Four Washington Redskins players protested the national anthem Sunday, despite their coach saying they would not. DeSean Jackson, Niles Paul, Greg Toler and Rashad Ross all raised their fists during the “Star-Spangled Banner.”
After the team beat the New York Giants 29-27, Jackson told the Richmond-Times Dispatch why they joined the movement launched by San Francisco 49er Colin Kaepernick.
“We feel like there’s a lot going on out there in our country now,” Jackson said. “And we feel like we have an opportunity to be seen and be heard. So we just want to support our people in a time of crisis like this, where you have a lot of tragic situations. [And] a lot of people losing their family members due to these senseless killings by police officers.”
The demonstration came a day after police released dashcam footage of an officer shooting and killing Keith Scott in Charlotte.
Prior to the murder of the North Carolina man, another incident happened in Tulsa, Oklahoma.
A police officer shot and killed Terence Crutcher as she responded to a report of an abandoned SUV obstructing the road.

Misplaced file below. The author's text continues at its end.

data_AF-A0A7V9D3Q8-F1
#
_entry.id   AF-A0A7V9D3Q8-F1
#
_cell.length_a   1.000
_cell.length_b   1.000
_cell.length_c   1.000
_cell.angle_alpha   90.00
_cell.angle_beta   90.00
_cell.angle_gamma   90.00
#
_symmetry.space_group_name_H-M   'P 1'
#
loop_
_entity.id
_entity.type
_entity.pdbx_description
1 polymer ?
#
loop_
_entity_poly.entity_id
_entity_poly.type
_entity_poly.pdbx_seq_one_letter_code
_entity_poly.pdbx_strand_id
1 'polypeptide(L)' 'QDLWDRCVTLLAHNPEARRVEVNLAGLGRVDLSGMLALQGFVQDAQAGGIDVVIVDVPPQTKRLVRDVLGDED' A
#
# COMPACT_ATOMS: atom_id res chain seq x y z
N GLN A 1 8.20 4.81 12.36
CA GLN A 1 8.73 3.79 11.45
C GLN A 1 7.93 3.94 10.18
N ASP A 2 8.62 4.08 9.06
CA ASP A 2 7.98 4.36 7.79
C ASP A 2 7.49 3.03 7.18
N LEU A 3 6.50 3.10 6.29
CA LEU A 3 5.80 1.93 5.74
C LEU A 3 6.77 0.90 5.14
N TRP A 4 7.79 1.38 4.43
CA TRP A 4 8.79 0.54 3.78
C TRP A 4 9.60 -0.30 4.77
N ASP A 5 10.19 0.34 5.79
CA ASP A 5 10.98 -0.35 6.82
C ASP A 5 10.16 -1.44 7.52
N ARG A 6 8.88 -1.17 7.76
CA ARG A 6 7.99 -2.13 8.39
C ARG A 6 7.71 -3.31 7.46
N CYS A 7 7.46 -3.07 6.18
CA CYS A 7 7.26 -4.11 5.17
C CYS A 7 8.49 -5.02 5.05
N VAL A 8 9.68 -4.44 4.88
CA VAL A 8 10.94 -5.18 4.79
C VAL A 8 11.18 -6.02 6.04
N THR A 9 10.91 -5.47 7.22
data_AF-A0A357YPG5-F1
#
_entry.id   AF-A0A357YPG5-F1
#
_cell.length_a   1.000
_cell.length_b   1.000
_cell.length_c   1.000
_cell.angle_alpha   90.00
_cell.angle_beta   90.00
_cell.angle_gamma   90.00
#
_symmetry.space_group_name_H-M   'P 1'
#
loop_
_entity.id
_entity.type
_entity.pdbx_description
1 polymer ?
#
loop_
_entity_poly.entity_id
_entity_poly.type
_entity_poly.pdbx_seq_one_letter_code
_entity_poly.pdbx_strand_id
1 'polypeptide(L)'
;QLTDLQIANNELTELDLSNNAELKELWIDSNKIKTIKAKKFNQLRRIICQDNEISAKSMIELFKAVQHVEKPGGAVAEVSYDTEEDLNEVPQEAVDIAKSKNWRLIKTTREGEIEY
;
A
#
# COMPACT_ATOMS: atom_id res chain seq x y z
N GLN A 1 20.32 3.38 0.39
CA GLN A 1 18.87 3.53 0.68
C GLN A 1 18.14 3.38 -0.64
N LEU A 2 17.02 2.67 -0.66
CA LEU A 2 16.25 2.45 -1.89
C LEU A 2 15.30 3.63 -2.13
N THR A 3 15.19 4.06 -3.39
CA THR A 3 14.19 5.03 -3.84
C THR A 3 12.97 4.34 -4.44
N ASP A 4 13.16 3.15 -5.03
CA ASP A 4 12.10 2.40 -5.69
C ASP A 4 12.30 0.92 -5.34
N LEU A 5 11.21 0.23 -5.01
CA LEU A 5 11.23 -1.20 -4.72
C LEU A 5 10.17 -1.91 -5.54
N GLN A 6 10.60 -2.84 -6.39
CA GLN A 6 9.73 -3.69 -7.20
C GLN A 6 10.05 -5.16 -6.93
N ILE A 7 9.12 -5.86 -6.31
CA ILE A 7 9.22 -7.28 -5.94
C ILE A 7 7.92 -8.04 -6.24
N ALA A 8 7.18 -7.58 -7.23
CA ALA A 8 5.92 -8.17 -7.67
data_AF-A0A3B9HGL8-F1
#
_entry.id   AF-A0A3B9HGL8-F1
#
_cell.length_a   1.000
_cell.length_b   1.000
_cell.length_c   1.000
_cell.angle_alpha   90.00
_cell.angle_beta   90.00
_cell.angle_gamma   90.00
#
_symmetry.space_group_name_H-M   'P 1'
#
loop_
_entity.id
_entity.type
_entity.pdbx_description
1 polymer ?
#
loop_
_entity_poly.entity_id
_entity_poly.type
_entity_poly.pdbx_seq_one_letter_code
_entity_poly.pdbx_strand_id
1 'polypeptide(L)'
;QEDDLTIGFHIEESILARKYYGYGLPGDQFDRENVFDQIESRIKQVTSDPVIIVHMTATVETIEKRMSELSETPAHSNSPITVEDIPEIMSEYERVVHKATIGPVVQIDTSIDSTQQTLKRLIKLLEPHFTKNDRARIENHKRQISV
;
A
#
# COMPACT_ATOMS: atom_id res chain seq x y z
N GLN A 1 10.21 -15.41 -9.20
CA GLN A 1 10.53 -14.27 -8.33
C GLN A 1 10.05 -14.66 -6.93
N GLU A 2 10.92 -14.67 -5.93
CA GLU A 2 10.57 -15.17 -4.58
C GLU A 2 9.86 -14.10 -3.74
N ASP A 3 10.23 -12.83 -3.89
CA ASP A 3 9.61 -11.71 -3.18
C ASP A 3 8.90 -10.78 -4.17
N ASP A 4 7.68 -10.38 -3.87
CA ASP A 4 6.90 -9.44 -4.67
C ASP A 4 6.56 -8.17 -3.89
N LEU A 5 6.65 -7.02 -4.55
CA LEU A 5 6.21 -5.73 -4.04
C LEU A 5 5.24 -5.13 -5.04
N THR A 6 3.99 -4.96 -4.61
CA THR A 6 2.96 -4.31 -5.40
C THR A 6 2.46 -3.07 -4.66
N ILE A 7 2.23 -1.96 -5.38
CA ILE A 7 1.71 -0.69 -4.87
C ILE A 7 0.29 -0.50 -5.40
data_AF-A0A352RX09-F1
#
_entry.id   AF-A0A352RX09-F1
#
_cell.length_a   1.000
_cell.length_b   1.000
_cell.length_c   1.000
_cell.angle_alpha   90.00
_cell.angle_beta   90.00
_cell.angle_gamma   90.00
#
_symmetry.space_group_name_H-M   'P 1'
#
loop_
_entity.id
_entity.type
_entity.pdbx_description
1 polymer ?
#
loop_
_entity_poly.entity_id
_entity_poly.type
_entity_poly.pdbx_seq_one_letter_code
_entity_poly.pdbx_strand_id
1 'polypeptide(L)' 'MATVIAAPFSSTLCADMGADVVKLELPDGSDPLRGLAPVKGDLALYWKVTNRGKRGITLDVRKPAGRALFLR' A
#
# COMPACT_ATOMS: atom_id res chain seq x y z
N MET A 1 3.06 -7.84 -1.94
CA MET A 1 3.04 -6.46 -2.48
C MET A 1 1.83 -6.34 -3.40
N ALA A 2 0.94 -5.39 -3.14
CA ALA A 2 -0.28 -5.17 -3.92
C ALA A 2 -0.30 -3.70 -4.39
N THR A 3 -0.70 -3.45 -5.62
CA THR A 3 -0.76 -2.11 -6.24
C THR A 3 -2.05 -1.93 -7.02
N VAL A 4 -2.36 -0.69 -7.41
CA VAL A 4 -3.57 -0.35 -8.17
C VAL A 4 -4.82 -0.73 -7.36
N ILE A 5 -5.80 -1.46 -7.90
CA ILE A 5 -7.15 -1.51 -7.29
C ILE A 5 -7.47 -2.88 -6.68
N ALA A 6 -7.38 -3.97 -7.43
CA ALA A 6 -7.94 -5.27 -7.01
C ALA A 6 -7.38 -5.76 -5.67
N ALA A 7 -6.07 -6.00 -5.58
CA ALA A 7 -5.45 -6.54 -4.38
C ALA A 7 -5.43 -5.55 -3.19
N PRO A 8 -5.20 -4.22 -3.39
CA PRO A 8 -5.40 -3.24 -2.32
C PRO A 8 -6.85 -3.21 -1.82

The Redskins protest is significant since team coach Jay Gruden insinuated his athletes would not participate.
“We haven’t had that issue here,” Gruden told reporters according to a team press release in August. “We have a ton of respect for what goes on for our country with [military personnel]. For three minutes for us to take our helmet off and stand up and give respect is how we treat it here with the Redskins.”
Still, Ross told The Washington Post Jackson came up with the idea to protest.
“I just did it because I thought it was right,” Ross added. “It’s nothing against the national anthem. It never was against it. It’s about all these killings that’s going on that aren’t right.”
His teammate Toler said all four participants decided to raise their fists minutes before the national anthem began.
“You shouldn’t be able to just kill someone — man, woman, Black, white or yellow. Everyone should definitely be tried in a court of law,” Toler said of the police violence that launched the move. “That’s how it should be. This situation that we have going on right now and around the world, I just pray and hope we can get it resolved.”
Paul declined to comment on the subject.